Mongolia Table of Contents
The expansion of the economy and the rapid growth of the urban, industrial, and service sectors made high rates of social mobility possible in the 1970s and the 1980s. Population growth, which accelerated in the late 1950s and peaked around 1970, was barely able to keep up with the expansion of positions in new factories, schools, and local government bodies. In the 1980s, most Mongolians worked in occupations different from those of their parents, who were almost universally herders. These conditions, however, were not expected to continue. Most of the cohort, born in the late 1950s and the 1960s, who secured skilled industrial, professional, and administrative jobs in the 1980s, will not retire until the 2020s. The even more numerous cohort born in the 1970s and the 1980s will find many desirable positions already filled by those ten to fifteen years older. If the rapid expansion of the economy, which has been fueled by extensive Soviet aid and investment, falters in the 1990s, then the generation born in the 1970s and the 1980s will not be able to match the mobility rates of their elders.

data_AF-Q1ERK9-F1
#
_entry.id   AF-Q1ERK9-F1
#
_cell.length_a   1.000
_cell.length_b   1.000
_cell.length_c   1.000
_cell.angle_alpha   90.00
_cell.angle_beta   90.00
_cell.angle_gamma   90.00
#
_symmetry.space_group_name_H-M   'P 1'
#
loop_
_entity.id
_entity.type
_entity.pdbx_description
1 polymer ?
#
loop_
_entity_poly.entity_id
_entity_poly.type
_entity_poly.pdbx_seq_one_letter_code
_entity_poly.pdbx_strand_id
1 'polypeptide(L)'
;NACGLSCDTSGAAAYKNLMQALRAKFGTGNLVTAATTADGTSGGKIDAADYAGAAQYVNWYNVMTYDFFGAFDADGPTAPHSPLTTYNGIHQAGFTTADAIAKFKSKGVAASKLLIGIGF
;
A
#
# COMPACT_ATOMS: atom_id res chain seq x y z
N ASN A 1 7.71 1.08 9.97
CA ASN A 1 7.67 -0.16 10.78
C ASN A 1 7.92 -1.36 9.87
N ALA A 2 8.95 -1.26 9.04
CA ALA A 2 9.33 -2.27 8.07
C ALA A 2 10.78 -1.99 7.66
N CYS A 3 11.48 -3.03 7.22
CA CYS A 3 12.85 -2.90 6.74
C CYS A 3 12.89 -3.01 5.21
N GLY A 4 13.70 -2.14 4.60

Data as of June 1989